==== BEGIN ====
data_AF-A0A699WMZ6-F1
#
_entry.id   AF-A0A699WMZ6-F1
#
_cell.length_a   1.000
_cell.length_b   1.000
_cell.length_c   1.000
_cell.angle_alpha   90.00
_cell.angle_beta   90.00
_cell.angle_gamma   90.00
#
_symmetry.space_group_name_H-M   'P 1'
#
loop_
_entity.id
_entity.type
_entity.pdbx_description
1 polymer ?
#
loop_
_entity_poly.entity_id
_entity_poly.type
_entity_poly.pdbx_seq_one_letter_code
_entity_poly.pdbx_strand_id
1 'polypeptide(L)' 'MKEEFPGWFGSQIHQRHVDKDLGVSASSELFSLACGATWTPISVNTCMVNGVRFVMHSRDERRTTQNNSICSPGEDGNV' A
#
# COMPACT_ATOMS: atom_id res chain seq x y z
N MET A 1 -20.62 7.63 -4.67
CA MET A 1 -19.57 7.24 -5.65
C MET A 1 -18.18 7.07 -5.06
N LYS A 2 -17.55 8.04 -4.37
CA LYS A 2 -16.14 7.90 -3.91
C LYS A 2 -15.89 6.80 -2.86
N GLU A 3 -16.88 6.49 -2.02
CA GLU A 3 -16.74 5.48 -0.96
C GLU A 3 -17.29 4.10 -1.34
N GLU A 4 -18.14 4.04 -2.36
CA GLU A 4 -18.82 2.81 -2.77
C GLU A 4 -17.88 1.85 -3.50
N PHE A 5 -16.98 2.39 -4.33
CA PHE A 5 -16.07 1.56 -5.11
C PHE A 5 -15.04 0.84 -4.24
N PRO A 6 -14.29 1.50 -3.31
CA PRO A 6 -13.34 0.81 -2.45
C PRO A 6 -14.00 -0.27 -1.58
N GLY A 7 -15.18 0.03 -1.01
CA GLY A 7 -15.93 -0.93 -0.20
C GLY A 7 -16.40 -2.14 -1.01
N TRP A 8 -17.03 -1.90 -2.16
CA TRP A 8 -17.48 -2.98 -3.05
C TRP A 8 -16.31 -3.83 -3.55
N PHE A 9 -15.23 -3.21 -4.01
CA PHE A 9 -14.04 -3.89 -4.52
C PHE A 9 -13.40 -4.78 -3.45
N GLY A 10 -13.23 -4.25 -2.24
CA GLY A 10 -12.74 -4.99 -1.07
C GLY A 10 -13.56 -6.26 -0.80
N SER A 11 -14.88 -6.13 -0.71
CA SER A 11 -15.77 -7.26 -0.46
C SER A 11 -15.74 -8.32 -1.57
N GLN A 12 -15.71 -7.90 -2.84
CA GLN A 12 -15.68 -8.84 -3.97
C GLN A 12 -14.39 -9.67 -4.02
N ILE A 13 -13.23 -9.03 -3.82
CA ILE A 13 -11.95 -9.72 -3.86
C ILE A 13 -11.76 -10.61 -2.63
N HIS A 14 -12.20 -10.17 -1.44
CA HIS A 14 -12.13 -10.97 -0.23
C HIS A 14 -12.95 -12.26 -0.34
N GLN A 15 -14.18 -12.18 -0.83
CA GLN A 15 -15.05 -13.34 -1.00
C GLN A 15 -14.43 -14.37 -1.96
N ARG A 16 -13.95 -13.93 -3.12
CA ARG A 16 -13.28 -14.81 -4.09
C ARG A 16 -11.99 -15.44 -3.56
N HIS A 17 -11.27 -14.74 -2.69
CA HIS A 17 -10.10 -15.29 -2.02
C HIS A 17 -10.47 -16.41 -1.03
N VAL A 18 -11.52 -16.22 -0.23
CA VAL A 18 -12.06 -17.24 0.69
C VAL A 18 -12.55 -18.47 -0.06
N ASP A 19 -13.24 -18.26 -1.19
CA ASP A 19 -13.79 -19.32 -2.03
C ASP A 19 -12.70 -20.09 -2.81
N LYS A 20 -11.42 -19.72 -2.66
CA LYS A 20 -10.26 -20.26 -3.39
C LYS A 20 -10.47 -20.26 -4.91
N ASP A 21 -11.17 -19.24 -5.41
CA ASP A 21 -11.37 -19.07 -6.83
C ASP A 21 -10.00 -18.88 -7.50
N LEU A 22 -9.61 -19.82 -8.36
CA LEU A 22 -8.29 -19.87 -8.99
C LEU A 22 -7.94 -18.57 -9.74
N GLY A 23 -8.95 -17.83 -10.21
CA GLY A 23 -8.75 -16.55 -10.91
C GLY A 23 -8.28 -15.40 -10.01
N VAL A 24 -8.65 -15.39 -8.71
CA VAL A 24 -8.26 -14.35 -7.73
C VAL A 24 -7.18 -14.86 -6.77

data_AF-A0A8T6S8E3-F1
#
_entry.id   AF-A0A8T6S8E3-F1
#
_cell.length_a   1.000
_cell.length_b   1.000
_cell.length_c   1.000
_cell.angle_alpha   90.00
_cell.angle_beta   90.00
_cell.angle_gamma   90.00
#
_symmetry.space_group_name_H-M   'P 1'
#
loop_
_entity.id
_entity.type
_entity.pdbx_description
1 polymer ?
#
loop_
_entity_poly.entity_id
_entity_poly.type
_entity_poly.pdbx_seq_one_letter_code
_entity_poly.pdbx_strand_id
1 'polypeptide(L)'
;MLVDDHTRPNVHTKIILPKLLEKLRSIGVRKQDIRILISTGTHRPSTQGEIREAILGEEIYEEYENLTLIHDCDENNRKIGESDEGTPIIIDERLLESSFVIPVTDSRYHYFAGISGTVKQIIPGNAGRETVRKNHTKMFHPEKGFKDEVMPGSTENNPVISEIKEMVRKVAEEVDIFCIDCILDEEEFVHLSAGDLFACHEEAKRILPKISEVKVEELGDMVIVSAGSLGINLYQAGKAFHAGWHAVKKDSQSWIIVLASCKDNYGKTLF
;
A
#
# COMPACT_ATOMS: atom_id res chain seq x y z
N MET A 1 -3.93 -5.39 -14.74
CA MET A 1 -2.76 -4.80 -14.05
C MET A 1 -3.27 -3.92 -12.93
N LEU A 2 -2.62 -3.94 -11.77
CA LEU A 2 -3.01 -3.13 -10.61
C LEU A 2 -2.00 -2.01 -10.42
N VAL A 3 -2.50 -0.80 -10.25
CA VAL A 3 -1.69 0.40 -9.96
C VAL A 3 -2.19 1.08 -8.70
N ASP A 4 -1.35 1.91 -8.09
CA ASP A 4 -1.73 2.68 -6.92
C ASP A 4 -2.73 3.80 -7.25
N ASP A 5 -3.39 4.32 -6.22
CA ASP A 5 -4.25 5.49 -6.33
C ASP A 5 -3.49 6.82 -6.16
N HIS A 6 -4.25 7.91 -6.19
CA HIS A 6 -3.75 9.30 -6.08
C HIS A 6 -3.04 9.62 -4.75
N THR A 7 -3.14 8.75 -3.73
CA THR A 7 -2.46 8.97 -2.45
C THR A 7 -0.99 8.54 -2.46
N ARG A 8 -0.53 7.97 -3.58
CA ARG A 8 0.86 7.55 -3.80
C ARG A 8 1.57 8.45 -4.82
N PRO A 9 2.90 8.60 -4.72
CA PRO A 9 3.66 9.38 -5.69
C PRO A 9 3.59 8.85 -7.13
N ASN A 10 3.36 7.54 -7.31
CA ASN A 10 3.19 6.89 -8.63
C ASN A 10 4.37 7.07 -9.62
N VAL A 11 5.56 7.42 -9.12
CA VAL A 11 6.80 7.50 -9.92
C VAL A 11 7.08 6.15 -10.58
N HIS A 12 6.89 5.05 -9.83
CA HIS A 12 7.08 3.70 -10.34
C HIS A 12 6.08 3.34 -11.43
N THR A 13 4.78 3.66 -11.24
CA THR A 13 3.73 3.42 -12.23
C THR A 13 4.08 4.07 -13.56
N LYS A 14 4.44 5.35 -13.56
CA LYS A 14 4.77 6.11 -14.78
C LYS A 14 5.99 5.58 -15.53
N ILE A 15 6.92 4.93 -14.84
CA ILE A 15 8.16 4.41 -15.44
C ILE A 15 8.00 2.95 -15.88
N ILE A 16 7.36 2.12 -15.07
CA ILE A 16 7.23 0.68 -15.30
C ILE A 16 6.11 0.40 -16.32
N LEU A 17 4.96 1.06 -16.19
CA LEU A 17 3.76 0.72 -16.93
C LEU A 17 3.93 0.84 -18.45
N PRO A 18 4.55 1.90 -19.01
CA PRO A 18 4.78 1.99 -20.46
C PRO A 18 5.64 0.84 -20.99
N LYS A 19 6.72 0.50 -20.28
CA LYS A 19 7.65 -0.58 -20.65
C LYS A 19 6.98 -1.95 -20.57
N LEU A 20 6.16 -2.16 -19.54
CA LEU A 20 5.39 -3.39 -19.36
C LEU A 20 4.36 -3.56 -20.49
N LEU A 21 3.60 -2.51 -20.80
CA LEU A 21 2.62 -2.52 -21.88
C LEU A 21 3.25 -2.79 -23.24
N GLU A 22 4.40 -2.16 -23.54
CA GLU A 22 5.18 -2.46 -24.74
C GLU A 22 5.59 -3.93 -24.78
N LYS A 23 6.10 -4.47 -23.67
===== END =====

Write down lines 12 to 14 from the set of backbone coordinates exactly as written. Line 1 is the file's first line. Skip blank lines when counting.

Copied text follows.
_symmetry.space_group_name_H-M   'P 1'
#
loop_